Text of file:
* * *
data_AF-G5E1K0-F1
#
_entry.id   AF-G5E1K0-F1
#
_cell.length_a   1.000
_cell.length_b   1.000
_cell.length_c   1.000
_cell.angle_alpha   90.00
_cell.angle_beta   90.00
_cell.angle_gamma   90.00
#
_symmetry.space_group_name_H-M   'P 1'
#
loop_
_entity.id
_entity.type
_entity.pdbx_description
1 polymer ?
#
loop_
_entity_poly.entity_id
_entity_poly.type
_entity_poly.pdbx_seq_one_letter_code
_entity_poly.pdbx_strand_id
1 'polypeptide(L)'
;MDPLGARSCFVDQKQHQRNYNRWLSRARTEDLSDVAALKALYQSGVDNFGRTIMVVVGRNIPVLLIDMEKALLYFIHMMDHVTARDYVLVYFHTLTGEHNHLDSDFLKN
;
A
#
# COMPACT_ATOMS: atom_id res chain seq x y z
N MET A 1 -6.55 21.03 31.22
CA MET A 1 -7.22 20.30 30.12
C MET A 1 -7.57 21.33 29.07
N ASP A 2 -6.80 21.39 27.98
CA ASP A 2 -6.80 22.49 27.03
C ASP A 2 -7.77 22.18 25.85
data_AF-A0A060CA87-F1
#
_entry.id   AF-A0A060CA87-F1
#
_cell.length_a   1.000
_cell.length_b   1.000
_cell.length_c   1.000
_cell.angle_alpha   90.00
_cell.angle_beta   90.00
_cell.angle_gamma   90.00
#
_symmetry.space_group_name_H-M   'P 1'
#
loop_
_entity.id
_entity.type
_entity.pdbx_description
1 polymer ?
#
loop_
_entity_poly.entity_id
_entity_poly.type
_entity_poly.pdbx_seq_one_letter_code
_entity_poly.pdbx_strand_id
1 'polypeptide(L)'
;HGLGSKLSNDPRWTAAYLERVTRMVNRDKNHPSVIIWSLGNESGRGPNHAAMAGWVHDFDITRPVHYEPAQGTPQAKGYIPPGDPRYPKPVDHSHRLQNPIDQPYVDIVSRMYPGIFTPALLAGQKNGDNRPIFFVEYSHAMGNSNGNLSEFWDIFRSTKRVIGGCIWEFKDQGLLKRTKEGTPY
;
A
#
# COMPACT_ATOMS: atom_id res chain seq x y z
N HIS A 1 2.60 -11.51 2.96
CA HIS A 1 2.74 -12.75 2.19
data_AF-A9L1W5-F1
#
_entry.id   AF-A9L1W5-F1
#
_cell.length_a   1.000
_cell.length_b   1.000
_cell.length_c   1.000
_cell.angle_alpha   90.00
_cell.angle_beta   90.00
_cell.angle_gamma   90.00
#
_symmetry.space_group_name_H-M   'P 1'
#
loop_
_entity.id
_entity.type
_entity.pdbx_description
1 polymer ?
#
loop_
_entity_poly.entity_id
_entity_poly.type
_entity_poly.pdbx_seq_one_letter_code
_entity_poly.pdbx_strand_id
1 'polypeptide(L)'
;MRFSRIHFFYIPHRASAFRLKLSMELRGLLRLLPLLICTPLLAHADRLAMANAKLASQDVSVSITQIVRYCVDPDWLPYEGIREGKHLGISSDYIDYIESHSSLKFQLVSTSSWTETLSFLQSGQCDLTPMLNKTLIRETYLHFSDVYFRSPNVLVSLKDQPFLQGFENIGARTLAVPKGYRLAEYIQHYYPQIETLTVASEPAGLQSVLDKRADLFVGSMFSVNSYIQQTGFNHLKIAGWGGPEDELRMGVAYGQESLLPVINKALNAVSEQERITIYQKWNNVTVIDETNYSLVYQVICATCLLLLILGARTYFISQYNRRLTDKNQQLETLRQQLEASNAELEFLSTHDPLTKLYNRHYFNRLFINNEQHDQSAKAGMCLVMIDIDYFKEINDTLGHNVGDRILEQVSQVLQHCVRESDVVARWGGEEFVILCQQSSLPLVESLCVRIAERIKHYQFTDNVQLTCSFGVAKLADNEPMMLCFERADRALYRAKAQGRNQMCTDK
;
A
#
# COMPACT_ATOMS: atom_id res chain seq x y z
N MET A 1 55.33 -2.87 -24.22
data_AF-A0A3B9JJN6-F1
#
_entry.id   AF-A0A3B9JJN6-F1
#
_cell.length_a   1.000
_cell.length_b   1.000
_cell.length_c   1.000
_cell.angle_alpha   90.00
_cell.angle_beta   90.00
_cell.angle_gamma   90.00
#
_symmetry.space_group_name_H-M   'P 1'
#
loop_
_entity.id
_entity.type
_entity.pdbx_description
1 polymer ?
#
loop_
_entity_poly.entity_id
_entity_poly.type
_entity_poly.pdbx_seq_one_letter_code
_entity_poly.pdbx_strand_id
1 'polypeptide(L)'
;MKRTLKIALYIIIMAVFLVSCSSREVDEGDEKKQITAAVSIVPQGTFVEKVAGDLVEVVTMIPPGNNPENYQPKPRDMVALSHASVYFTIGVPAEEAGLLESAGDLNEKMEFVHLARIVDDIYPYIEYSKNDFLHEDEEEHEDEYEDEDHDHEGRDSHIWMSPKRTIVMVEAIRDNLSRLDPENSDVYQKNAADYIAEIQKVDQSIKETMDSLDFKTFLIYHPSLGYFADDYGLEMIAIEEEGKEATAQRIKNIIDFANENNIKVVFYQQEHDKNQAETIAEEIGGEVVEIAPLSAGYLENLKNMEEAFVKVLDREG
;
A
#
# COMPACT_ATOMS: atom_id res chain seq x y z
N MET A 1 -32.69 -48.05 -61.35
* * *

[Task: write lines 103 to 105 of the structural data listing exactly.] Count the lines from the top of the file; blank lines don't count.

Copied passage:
#
_cell.length_a   1.000
_cell.length_b   1.000